Dr Venkat is Senior Surgical Oncologist, Apollo Cancer Institutes, Chennai.
In this blog post, he answers FAQs from patients of colorectal cancer and their caregivers.
What exactly is colorectal cancer?
Colorectal cancer refers to cancers that start in the colon or rectum. The colon and the rectum are parts of the large intestine which is a part of your digestive system.
Such cancers may also be called colon cancer and rectum cancer, depending on their location. These two types of cancers are often clubbed together as colorectal cancer because they have many features in common.
Are polyps cancerous?
Polyps are a growth from the inner lining of the colon or rectum. They can be flat(sessile) or hanging into the lumen (pedunculated).
Usually they are harmless. However, some have the potential to turn into cancer over time. So your doctor might keep them on check with colonoscopy at regular intervals
Cancerous polyps are more commonly found in the colon and rectum.
You will be required to undergo a colonoscopy for further investigation of the polyps.
What causes colorectal cancer?
While it is difficult to pinpoint the exact cause of your cancer, there are a few factors that increase your risk of developing colorectal cancer. Here are some of them:
1. A sedentary lifestyle
An inactive lifestyle puts you at risk of different types of cancer, including colorectal cancer, and several other diseases. You can find a lot of ideas of how to stay physically active throughout the day here.
Being overweight is a major risk factor for colorectal cancer. This ties in to the previous point of a sedentary lifestyle being a risk factor.
Your diet can put you at higher risk of colorectal cancer. Red meats and processed meats are known to increase your chances of developing colorectal cancer.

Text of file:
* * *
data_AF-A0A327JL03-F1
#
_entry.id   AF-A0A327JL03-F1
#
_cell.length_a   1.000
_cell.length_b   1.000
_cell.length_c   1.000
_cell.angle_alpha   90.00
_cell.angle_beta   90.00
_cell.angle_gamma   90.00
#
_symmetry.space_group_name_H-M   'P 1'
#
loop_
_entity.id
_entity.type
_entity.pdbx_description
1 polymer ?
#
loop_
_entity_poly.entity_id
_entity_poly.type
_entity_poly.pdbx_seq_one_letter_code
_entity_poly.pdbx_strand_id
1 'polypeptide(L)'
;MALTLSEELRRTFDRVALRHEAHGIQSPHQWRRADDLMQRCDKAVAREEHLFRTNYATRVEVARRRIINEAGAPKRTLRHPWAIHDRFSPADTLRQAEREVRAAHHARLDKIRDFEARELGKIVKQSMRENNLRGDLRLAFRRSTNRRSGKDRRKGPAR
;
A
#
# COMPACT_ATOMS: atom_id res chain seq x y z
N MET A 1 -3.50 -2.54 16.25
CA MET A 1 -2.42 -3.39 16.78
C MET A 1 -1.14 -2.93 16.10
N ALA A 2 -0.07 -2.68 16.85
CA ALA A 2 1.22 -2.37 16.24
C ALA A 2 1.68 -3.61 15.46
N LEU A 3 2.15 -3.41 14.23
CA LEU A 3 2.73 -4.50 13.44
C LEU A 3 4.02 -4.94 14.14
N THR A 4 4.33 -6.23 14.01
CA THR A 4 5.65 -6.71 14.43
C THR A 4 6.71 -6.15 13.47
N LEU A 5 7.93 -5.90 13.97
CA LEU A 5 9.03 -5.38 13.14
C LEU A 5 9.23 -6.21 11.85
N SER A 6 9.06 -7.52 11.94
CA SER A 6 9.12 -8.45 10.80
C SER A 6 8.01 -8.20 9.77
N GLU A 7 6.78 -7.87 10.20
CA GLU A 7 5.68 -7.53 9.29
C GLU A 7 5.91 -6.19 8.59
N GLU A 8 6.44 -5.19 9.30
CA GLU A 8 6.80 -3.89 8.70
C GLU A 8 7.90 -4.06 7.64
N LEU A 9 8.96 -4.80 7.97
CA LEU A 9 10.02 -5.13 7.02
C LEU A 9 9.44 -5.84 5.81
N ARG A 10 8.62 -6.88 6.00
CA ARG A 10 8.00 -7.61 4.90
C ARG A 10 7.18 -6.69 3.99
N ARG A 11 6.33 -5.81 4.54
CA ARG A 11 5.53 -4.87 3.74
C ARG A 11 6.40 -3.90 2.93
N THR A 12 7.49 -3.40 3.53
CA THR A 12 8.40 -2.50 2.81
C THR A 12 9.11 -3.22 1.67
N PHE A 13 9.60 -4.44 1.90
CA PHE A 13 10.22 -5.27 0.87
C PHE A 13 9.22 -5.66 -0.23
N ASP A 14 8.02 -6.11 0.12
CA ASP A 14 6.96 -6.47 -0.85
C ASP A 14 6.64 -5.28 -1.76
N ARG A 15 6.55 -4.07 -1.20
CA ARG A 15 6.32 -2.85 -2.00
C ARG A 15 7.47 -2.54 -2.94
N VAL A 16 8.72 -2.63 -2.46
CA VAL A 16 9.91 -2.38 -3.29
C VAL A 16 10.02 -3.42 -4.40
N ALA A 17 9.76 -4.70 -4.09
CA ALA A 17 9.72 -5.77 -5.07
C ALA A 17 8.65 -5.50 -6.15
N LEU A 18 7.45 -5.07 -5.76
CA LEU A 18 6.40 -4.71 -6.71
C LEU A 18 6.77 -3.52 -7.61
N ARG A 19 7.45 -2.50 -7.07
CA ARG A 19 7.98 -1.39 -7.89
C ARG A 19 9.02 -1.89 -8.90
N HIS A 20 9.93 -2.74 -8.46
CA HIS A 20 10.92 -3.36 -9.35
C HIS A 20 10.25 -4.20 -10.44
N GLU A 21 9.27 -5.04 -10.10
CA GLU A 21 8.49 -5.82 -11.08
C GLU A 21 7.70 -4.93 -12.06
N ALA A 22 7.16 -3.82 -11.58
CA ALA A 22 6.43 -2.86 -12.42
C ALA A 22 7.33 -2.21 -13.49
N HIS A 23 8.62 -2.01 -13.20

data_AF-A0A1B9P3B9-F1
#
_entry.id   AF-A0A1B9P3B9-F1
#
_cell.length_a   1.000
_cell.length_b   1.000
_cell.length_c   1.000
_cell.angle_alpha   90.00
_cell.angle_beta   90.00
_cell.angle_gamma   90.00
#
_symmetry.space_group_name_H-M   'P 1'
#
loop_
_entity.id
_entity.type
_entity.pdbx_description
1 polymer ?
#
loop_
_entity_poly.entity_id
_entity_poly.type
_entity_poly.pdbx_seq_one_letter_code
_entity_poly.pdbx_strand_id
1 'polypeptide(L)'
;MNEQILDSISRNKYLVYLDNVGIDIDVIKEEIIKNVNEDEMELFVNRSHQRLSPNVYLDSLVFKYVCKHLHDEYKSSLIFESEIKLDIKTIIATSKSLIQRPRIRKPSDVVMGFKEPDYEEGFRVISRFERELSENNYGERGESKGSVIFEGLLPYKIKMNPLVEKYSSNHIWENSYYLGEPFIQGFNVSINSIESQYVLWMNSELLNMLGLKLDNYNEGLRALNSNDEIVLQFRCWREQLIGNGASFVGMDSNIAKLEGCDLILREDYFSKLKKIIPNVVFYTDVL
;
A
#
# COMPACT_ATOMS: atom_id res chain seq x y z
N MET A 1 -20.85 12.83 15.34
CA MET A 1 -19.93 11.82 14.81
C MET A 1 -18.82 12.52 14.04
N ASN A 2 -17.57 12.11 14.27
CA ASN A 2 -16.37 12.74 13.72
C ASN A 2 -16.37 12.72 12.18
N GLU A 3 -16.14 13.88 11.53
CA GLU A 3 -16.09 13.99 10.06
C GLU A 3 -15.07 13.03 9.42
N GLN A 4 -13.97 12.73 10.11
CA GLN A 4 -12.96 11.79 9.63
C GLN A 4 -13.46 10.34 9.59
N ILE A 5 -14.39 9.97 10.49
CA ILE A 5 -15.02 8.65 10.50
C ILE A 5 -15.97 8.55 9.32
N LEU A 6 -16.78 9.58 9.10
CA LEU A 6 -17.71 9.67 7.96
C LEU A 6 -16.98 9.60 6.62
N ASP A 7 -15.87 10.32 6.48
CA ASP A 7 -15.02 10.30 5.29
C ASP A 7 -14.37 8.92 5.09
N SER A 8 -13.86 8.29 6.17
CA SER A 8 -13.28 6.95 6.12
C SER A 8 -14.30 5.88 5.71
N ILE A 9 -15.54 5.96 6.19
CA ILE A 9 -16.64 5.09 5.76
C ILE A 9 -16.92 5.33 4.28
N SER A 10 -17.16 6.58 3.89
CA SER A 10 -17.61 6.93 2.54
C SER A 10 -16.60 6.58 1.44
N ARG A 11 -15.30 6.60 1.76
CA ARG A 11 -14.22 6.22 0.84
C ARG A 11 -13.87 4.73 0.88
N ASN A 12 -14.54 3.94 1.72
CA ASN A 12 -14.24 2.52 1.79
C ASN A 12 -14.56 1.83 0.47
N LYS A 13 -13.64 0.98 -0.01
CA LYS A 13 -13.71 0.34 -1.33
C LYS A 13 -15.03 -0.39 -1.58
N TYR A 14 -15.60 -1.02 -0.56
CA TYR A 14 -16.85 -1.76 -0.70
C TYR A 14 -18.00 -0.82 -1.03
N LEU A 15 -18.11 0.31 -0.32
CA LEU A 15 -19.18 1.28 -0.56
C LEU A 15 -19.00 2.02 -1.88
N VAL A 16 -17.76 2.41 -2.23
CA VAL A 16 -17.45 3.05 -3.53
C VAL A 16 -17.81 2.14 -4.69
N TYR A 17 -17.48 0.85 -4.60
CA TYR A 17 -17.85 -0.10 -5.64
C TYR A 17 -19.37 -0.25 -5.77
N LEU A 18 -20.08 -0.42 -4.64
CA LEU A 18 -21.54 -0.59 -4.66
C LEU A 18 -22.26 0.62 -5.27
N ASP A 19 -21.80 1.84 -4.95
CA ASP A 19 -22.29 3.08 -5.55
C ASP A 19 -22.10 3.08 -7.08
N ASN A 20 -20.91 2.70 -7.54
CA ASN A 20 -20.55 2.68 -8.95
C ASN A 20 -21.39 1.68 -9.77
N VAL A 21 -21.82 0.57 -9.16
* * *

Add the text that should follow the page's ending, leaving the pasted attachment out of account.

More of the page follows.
Include more fresh fruits and vegetables in your diet to cut down your risk. Freshly prepared, home cooked meals tend to be healthier than store bought, packaged or frozen meals.
You can find a weekly meal plan for an anti-inflammatory diet here. This diet will reduce your risk of many types of cancers.
Smoking increases your risk of colorectal cancer. You can read more about the link between smoking and cancer here.
While it is well known that moderate to high levels of alcohol consumption is linked to an increase in risk of colorectal cancer, research suggests that even low to moderate levels of drinking causes an increase in risk. It is therefore recommended to avoid alcohol completely.
6. Hereditary causes
There are some conditions that can be passed on within the family that increase your risk of developing colorectal cancer. These include Lynch syndrome, Peutz-Jeghers syndrome (PJS) and Familial adenomatous polyposis (FAP).
If you have a family history of colorectal cancer, you may be at higher risk.
While there is nothing you can do to prevent hereditary risks, you can be aware of the symptoms and screening for colorectal cancer. This will help you catch the cancer early while it is still curable.
Is colorectal cancer curable?
Yes, colorectal cancer can be successfully treated, depending on the stage of the disease.